Americans explain why they approve or disapprove of president’s performance
PRINCETON, NJ -- Americans who approve of the job President Barack Obama is doing largely cite his leadership in attempting to solve the nation's problems as the reason for conferring their approval. This accounts for 54% of his supporters. By contrast, nearly two-thirds of those who disapprove of Obama's job performance mention policy areas where they disagree with the president.
Reasons for Approval
In the Gallup Poll conducted this past weekend, July 10-12, 58% of Americans said they approve of the overall job Obama is doing, while 36% disapprove.
Thirty-one percent of Obama's approvers say they approve because he is doing a good job or "the best he can under difficult circumstances"; 15% say he is trying new things; and 8% credit him for taking on numerous issues. Thus, a combined 54% cite some aspect of the president's leadership in solving the nation's problems.
Beyond those giving the new president an A for effort, 17% credit him on specific issues. Seven percent of Obama's approvers cite improvements to the economy as the reason they applaud him, 6% say they agree with Obama's policy stances and programs, and 4% cite Obama's diplomacy and success in changing views of the United States around the world.
Most of the remaining praise Obama receives from his backers has to do with his personal characteristics or style: 5% say he is straightforward with people, 5% call him intelligent or smart, 3% say he keeps his promises, and 2% consider him honest. Another 5% are satisfied merely by their perception that Obama is "better than George W. Bush."
Reasons for Disapproval
Members of the smaller group of Americans who disapprove of Obama's job performance are most likely to attribute their views to the president's policies. Just over half of the combined 65% mentions in this category involve government spending: 24% say they disapprove because Obama is spending too much government money, 10% say it's because the economic stimulus plan is not working or wasteful and 4% say it's because Obama is borrowing too much.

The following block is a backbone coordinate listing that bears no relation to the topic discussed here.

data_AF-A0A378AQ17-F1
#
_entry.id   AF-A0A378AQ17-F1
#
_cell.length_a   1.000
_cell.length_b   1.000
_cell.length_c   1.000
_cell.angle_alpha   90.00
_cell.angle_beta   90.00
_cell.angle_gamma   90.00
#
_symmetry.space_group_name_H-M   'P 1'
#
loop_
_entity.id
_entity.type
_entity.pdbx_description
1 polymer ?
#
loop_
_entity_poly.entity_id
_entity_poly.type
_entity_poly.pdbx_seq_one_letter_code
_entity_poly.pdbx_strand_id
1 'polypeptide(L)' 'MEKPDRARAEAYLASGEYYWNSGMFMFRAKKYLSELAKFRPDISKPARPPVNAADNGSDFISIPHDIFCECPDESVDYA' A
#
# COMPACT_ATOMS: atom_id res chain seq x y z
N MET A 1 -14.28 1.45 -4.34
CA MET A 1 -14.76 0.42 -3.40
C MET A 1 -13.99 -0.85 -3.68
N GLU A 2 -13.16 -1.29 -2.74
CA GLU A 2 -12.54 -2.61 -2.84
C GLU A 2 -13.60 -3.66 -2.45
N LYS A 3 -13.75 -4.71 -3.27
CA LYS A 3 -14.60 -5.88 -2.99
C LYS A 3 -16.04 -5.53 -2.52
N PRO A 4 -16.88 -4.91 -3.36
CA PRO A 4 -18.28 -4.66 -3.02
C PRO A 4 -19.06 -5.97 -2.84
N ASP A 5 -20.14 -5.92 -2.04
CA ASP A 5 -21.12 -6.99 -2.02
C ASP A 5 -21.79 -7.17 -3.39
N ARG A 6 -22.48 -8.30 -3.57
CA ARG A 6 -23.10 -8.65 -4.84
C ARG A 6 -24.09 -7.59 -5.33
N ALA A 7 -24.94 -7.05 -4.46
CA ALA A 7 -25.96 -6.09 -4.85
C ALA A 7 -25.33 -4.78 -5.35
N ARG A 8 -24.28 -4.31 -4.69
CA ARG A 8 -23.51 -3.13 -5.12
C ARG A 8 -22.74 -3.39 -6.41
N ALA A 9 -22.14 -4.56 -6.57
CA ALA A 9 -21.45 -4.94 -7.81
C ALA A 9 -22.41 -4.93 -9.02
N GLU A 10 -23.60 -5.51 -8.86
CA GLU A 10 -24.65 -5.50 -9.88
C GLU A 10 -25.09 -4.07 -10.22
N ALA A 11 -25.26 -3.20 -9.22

Another major policy criticism of Obama -- mentioned by 15% of those who disapprove of his job performance -- is that the recent government bailouts and takeovers of private industry that Obama has sponsored are leading the nation toward socialism.
There are two significant knocks on Obama on a personal level. One, expressed by 14% of those disapproving of his job performance, is that he is inexperienced or "doesn't know what he is doing." Additionally, 10% say something along the lines that he is "all talk and no action," or "doesn't keep his promises." Only 2% of his detractors say he is doing too much.
Praise for the job Obama is doing centers on his attentiveness to the country's problems, and includes a dose of admiration for his personal characteristics and style. Although positive, these assessments are relatively soft in contrast with the mainly policy-related criticisms of Obama from his detractors, largely centered on government spending and power.
Only six months into the job, it is natural that the president has little in the way of specific accomplishments driving his approval rating. Thus, at this early juncture, his supporters appear satisfied that Obama is on task. At the same time, the dramatic early steps Obama has taken to address the fragile economy -- perhaps combined with the fact that these have yet to spark an economic recovery -- have given his detractors a clear rallying point against him. The imbalance may be tenable for now, but a year from now, Obama may need more tangible economic or legislative achievements to sustain his majority approval ratings.
Results are based on telephone interviews with 1,018 national adults, aged 18 and older, conducted July 10-12, 2009. For results based on the total sample of national adults, one can say with 95% confidence that the maximum margin of sampling error is ±3 percentage points.
Interviews are conducted with respondents on land-line telephones (for respondents with a land-line telephone) and cellular phones (for respondents who are cell-phone only).
In addition to sampling error, question wording and practical difficulties in conducting surveys can introduce error or bias into the findings of public opinion polls.